Donald Trump in Potemkin Village

Donald Trump claims his government is the best in US history but he may be overestimating his achievements.

Almost two years after Donald Trump’s surprise election, we’ve finally learned what he meant by “America First”.

We had to take it literally!

The US President is going to renegotiate every trade deal just so he can put his country’s name first in the agreement’s official name. That’s all.

The North American Free Trade Agreement (NAFTA) is now going to be called the United States-Mexico-Canada Agreement (USMCA).

Sure, the name change isn’t the only thing that’s different.

US farmers will sell some more dairy to Canada. Mexico and Canada will restrict their car part exports to the States. US patents on pharmaceuticals last a little longer.

But in the grand scheme of things, they’re no more than tweaks. It hasn’t transformed the trade relationship into something fundamentally different.

As Anne Applebaum comments in the Washington Post:

“The only truly radical difference is that Trump’s negative, angry language has been replaced by happy, enthusiastic language.”

Trump doesn’t see it that way. He’s claiming USMCA as a win for his patriotic agenda.

Then again, he may be living in a Potemkin village where things always seem better than they really are.

The emperor has no clothes

When Catherine the Great came to visit Crimea in 1787, the peninsula wasn’t ready for it.

Military leader Grigory Potemkin therefore created a ruse. He erected fake villages to let the tsarina think Crimea was something it wasn’t – a prosperous, booming region.

From the looks of it, Donald Trump’s subordinates are doing the same thing to him.

As far as I can tell, Trump is living in an alternative reality carefully constructed by his aides.

Of course, in order for the ruse to keep working everybody has to play along.

No one’s supposed to point out the emperor has no clothes!

Alas, Goldman Sachs didn’t get the memo. Its economics team went off script this week when it pointed out the problems with Trump’s policies.

The 25% tariff on Chinese imports could wipe out earnings growth for S&P 500 companies in 2019, Goldman said.

In January the bank already warned government tax cuts and spending increases would blow an even bigger hole in the fiscal deficit.

It angered Trump’s adviser Kevin Hassett who accused the investment bank of playing politics. He even went as far as to say Goldman looks like the Democratic opposition!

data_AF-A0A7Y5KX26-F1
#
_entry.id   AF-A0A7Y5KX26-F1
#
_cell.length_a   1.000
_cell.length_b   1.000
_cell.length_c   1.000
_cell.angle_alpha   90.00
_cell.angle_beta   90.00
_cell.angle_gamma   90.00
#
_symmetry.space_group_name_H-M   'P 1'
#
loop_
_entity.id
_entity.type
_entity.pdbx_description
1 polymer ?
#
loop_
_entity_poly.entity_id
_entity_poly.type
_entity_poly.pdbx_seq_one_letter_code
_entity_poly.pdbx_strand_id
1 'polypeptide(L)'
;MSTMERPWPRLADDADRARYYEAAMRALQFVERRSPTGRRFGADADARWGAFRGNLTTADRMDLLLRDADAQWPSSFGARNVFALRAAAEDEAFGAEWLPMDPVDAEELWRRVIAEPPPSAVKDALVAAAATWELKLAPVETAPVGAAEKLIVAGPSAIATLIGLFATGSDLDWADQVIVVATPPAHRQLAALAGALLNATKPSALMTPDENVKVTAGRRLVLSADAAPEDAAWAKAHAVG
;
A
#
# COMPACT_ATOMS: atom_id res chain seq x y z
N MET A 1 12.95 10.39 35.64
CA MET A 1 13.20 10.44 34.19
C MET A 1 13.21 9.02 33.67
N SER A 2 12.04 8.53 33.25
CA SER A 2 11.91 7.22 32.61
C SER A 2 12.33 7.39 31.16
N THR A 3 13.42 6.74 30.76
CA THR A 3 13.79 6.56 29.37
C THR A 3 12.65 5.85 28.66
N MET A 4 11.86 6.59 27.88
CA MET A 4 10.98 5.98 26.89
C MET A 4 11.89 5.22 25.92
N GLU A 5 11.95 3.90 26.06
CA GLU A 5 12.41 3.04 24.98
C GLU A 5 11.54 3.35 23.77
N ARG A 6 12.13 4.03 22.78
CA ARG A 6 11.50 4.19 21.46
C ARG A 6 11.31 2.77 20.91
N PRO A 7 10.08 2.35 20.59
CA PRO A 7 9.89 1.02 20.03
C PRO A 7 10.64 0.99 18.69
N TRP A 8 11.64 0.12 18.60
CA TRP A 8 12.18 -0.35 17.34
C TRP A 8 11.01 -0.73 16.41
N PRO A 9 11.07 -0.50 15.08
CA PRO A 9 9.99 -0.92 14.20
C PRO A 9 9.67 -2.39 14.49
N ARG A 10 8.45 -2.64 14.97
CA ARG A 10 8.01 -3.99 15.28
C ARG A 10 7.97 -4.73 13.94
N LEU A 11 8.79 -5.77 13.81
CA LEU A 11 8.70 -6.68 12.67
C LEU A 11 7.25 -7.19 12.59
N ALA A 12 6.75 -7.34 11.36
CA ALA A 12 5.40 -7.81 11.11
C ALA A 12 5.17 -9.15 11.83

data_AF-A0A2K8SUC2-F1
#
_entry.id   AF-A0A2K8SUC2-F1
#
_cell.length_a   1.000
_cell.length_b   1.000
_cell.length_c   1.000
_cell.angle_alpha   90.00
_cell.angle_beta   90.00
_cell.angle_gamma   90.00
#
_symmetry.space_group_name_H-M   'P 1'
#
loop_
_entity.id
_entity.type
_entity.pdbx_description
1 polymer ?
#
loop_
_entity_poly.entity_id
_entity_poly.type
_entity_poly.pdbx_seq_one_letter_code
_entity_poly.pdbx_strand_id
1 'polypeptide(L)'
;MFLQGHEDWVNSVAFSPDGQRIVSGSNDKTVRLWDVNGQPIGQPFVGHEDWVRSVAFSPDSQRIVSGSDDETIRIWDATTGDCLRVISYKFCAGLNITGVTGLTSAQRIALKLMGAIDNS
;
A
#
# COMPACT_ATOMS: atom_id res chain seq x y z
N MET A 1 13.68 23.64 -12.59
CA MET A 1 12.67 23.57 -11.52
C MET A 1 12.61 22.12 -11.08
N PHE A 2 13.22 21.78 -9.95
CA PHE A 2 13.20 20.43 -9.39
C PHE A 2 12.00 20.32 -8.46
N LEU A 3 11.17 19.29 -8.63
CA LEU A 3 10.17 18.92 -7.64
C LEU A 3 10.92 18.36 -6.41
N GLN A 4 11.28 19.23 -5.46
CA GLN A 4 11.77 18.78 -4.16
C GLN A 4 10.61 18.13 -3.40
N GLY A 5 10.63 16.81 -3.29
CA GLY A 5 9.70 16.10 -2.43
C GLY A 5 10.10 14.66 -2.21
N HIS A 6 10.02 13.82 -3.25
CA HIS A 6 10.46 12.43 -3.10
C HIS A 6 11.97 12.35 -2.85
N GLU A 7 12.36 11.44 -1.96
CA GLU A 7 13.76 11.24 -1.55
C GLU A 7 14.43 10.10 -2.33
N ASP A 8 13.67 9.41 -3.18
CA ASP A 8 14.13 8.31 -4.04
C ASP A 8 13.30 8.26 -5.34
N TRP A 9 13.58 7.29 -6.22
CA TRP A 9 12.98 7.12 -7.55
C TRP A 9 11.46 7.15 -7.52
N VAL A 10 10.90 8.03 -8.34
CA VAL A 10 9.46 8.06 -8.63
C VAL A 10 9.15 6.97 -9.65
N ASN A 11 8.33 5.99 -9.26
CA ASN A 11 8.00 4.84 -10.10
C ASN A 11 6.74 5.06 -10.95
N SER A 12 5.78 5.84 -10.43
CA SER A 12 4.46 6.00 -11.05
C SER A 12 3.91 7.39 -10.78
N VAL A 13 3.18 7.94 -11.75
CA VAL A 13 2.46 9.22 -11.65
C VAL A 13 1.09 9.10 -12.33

It’s an interesting turn of events. Goldman after all also happens to be the official supplier of Trump’s government.

No fewer than six former Goldmanites joined the cabinet, including finance minister Steve Mnuchin.

Are we now living in some dystopian reality in which banks are both government and opposition in American democracy?

Hassett is, of course, not completely paranoid. November’s mid-term elections are coming up.

It’s not good publicity if people start explaining how everything the government claims as a win is actually more a defeat.

But if Goldman Sachs is playing politics, so is the Trump administration.

The deadline for a new deal with Mexico and Canada was set a month before the November elections, presumably to bring some momentum to the vote.

As it happens, the biggest change to the agreement appears to be its name, which has been rendered unpronounceable.

For the sake of convenience people have started pronouncing “USMCA” as “YMCA”, like the youth hostel.

But if the treaty’s most remarkable achievement is that the Village People get some more airtime, I doubt it’s enough to swing the US mid-terms in Trump’s favour.

Crucial mid-terms

Trump aides keeping the President locked in an alternative reality would explain a lot…

Why he refers to seemingly accurate reporting as “fake news”, while making factually inaccurate statements himself.

Why his former adversary Kim Jong-un is suddenly a gentleman and a scholar, even though he’s made no real concessions to him about North Korea’s nuclear programme.

And why he claimed, at the United Nations, that in two years his administration has “accomplished more than almost any administration” in US history.

World leaders laughed. Maybe they knew the US President isn’t “winning” quite as much as he thinks.

The USMCA treaty isn’t the grand victory Trump makes it out to be. For something he’s called “the worst trade deal in the history of the country”, the changes to it have been minor.

“All three sides gained some things. All three sides conceded some things,” Anne Applebaum summarises.

America’s growing trade deficit with China also seems to disprove Trump’s assertion that his country is winning the trade war.

Despite $50bn tariffs on Chinese goods, US imports from China increased by $1.5bn to $213.7bn in August. That same month US exports to China fell by $2.3bn to $137.9bn.

Where Americans have responded to the tariffs by buying more “made in China” products, the Chinese bought fewer US aircraft parts (-$1.3bn) and soya beans (-$600m).

It’s helped China’s trade surplus with the US reach a new high.

The mid-term elections will be of crucial importance to Trump.

His government has had a majority in the Senate for two years and couldn’t even repeal Obamacare. Democrats hate his guts.

If the Republicans lose their majority in Congress and the Senate this year, it’s not going to be easier to push proposals through.

I doubt it’ll stop Trump claiming victories, though.

Besides, there is a chance Trump actually wins something tomorrow. He’s been nominated for the Nobel Peace Prize (but so has Kim Jong-un).

Should the US President win (bookies put the odds at 7-1), he’ll no doubt be strengthened in his belief that his administration is the best in US history.

Potemkin would be content.

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